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Response to: ‘Metabolic and cardiovascular benefits of hydroxychloroquine: exploration in a wider population at high CV risk’ by Pareek et al
  1. Charlotte Hua,
  2. Claire Rempenault,
  3. Bernard Combe
  1. Rheumatology department, Lapeyronie Hospital, Montpellier University, Montpellier, Languedoc-Roussillon, France
  1. Correspondence to Dr Charlotte Hua, Département de Rhumatologie, CHU Lapeyronie, 191 Av. du Doyen Gaston Giraud, 34295 Montpellier cedex 5, France; c-hua{at}chu-montpellier.fr

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In their letter to the editor, Pareek et al raised some issues regarding our recent paper.1 2 We appreciate their interest in our study and their positive comments.

Pareek et al highlight the fact that several studies addressing the metabolic effect of hydroxychloroquine (HCQ) have not been included in our meta-analysis due to our stringent inclusion criteria (HCQ users vs non-users in patients with rheumatoid arthritis (RA)). We acknowledge this point. However, we believe that to establish and to follow such strict inclusion criteria is important in a meta-analysis in order to reduce to a minimum heterogeneity of the pooled results. Indeed, there was no significant heterogeneity among studies that were included in our work.2

Two studies mentioned by Pareek et al regarding reduced diabetes incidence with HCQ were not included in our meta-analysis. This was due to heterogeneous study population for the paper by Solomon et al 3 and to a publication date posterior to the end of our meta-analysis timeline for the paper by Ozen et al.4 Anyway, the data are consistent with our results and strengthen our conclusions.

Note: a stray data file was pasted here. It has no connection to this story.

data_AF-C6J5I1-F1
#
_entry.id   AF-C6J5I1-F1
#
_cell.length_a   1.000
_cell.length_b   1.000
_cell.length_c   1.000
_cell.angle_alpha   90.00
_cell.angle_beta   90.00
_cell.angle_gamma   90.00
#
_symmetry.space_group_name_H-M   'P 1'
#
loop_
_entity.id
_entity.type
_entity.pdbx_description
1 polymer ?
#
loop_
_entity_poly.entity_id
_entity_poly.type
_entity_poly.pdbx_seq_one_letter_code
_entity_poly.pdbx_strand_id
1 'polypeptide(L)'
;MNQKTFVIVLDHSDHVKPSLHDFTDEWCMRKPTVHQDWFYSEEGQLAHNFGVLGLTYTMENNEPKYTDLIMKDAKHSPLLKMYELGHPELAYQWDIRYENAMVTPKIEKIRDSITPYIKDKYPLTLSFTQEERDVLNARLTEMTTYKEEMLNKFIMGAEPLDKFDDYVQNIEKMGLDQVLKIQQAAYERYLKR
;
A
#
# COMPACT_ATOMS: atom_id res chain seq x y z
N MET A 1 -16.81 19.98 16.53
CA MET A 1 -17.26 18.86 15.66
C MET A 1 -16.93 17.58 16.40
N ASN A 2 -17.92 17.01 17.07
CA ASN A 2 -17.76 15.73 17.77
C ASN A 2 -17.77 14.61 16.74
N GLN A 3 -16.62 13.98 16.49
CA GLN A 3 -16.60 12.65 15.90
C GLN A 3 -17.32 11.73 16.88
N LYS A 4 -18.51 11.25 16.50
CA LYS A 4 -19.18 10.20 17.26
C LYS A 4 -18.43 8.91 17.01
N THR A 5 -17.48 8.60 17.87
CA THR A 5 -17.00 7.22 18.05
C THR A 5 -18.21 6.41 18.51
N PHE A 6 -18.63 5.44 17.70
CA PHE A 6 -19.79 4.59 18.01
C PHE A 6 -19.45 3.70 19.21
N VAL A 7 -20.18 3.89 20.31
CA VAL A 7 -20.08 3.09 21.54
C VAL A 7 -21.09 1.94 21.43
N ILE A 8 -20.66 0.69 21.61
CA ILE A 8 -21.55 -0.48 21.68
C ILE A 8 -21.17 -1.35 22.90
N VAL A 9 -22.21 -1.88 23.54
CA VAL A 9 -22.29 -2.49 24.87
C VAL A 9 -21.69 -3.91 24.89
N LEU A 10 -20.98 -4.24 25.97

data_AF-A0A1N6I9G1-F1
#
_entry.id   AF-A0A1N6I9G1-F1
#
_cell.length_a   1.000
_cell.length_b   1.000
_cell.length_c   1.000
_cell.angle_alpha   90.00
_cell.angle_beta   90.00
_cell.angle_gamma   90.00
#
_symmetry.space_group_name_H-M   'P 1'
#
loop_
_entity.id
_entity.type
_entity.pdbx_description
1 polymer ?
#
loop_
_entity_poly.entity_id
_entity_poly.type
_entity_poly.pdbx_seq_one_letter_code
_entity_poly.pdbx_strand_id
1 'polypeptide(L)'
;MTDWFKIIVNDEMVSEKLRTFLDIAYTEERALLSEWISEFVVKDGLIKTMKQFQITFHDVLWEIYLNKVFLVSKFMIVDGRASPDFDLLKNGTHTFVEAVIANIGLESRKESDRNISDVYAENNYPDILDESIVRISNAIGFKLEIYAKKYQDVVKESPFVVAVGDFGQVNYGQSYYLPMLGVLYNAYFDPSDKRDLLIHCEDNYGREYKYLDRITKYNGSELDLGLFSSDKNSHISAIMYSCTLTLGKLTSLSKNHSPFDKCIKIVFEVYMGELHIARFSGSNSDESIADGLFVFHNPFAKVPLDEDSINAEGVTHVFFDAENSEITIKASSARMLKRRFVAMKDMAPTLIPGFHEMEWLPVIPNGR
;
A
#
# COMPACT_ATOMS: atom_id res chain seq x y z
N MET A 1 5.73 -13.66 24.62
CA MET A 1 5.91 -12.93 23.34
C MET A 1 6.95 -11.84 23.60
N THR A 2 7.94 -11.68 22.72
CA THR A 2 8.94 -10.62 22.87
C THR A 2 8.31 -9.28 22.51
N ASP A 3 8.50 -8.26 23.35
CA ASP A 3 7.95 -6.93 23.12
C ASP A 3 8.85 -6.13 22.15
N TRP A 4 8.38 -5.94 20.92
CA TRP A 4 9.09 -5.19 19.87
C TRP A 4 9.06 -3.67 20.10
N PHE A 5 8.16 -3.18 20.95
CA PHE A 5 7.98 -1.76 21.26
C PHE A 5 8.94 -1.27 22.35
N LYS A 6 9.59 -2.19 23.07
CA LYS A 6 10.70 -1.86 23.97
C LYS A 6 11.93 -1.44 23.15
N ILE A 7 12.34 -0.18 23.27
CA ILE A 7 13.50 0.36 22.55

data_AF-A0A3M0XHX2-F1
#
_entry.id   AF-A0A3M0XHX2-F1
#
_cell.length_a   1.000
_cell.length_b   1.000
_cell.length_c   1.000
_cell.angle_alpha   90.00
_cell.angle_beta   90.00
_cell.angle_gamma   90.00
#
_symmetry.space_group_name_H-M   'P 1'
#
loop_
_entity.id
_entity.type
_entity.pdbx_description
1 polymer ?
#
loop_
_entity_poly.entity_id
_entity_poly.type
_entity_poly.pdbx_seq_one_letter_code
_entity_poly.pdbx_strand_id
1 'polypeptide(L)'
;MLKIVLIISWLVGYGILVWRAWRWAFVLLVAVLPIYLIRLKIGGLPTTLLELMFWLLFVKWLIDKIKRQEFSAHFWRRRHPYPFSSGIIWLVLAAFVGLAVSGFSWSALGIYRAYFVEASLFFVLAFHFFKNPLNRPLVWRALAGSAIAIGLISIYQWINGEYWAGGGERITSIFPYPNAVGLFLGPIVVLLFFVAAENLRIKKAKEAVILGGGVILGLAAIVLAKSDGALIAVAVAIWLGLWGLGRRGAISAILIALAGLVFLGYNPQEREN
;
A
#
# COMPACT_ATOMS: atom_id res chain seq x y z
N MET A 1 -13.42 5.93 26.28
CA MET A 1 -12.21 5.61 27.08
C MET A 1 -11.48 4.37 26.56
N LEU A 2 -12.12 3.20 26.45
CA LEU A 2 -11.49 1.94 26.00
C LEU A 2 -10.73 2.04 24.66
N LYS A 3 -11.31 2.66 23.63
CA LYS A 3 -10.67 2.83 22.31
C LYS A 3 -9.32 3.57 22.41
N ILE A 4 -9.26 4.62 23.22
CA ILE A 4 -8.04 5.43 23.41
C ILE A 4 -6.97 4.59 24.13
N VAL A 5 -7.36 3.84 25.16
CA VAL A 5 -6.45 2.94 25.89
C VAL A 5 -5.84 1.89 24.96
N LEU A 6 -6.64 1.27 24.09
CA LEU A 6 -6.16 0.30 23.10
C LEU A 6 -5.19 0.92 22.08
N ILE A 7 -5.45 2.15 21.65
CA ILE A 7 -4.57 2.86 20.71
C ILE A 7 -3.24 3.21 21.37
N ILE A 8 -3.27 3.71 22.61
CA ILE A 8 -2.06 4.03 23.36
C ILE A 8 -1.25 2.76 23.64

Focusing only on RA was a willingness, because by contrast to other diseases such as lupus, HCQ is not clearly recommended in RA due to its rather low efficacy on arthritis.5 Getting proofs that it could have interesting benefit for patients with RA through its metabolic effect could have an effective impact in practice. Anyway, as indicated by Pareek et al, the beneficial effect of HCQ on cardiovascular risk factors that we found in our meta-analysis has also been noted in chronic inflammatory conditions other than RA, notably lupus.

Thus, even if for methodological reasons we did not present in our article all the studies exploring the metabolic effect of HCQ, it appears that, as stated by Pareek et al, evidence supporting the metabolic and cardiovascular benefits of HCQ in inflammatory rheumatic diseases, including RA, begin to be quite strong in the literature.

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Footnotes

  • Contributors All authors have contributed equally to this work.

  • Competing interests None declared.

  • Provenance and peer review Commissioned; internally peer reviewed.

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